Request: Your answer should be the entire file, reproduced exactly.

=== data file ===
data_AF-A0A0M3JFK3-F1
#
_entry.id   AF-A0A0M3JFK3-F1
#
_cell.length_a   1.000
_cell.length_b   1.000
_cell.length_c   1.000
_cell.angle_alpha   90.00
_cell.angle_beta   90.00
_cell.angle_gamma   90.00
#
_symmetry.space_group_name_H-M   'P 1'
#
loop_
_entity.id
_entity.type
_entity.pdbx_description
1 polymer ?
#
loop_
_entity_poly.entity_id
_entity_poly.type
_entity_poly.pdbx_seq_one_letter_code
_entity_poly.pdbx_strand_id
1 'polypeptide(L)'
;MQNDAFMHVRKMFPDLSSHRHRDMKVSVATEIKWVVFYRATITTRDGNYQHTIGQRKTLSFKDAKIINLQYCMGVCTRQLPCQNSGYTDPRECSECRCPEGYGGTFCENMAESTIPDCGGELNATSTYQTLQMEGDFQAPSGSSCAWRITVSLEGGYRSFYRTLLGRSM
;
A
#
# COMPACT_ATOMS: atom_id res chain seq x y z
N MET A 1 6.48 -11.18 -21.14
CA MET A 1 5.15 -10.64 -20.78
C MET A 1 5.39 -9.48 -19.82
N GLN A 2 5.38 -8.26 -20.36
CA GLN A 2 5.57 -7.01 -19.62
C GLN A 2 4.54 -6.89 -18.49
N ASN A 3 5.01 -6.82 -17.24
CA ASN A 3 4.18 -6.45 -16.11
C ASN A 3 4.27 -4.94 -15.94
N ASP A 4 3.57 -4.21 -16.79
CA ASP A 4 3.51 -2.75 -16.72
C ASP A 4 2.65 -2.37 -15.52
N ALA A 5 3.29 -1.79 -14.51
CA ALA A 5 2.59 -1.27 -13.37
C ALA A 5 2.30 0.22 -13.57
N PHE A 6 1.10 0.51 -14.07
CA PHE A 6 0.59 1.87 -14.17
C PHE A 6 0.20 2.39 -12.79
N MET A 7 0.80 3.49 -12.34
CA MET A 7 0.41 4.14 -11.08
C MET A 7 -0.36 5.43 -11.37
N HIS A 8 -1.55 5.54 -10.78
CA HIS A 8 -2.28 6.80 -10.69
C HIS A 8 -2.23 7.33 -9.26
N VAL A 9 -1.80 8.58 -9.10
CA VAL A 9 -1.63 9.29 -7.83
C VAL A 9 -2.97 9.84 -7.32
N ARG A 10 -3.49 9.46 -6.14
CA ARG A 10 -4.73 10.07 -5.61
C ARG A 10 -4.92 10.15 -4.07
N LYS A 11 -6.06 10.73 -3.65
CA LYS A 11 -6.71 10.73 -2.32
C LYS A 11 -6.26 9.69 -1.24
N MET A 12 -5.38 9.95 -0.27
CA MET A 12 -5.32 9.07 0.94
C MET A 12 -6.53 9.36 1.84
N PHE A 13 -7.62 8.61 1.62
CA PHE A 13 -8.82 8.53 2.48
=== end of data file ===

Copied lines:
data_AF-A0A0M3JFK3-F1
#
_entry.id   AF-A0A0M3JFK3-F1
#
_cell.length_a   1.000
_cell.length_b   1.000
_cell.length_c   1.000
_cell.angle_alpha   90.00
_cell.angle_beta   90.00
_cell.angle_gamma   90.00
#
_symmetry.space_group_name_H-M   'P 1'
#
loop_
_entity.id
_entity.type
_entity.pdbx_description
1 polymer ?
#
loop_
_entity_poly.entity_id
_entity_poly.type
_entity_poly.pdbx_seq_one_letter_code
_entity_poly.pdbx_strand_id
1 'polypeptide(L)'
;MQNDAFMHVRKMFPDLSSHRHRDMKVSVATEIKWVVFYRATITTRDGNYQHTIGQRKTLSFKDAKIINLQYCMGVCTRQLPCQNSGYTDPRECSECRCPEGYGGTFCENMAESTIPDCGGELNATSTYQTLQMEGDFQAPSGSSCAWRITVSLEGGYRSFYRTLLGRSM
;
A
#
# COMPACT_ATOMS: atom_id res chain seq x y z
N MET A 1 6.48 -11.18 -21.14
CA MET A 1 5.15 -10.64 -20.78
C MET A 1 5.39 -9.48 -19.82
N GLN A 2 5.38 -8.26 -20.36
CA GLN A 2 5.57 -7.01 -19.62
C GLN A 2 4.54 -6.89 -18.49
N ASN A 3 5.01 -6.82 -17.24
CA ASN A 3 4.18 -6.45 -16.11
C ASN A 3 4.27 -4.94 -15.94
N ASP A 4 3.57 -4.21 -16.79
CA ASP A 4 3.51 -2.75 -16.72
C ASP A 4 2.65 -2.37 -15.52
N ALA A 5 3.29 -1.79 -14.51
CA ALA A 5 2.59 -1.27 -13.37
C ALA A 5 2.30 0.22 -13.57
N PHE A 6 1.10 0.51 -14.07
CA PHE A 6 0.59 1.87 -14.17
C PHE A 6 0.20 2.39 -12.79
N MET A 7 0.80 3.49 -12.34
CA MET A 7 0.41 4.14 -11.08
C MET A 7 -0.36 5.43 -11.37
N HIS A 8 -1.55 5.54 -10.78
CA HIS A 8 -2.28 6.80 -10.69
C HIS A 8 -2.23 7.33 -9.26
N VAL A 9 -1.80 8.58 -9.10
CA VAL A 9 -1.63 9.29 -7.83
C VAL A 9 -2.97 9.84 -7.32
N ARG A 10 -3.49 9.46 -6.14
CA ARG A 10 -4.73 10.07 -5.61
C ARG A 10 -4.92 10.15 -4.07
N LYS A 11 -6.06 10.73 -3.65
CA LYS A 11 -6.71 10.73 -2.32
C LYS A 11 -6.26 9.69 -1.24
N MET A 12 -5.38 9.95 -0.27
CA MET A 12 -5.32 9.07 0.94
C MET A 12 -6.53 9.36 1.84
N PHE A 13 -7.62 8.61 1.62
CA PHE A 13 -8.82 8.53 2.48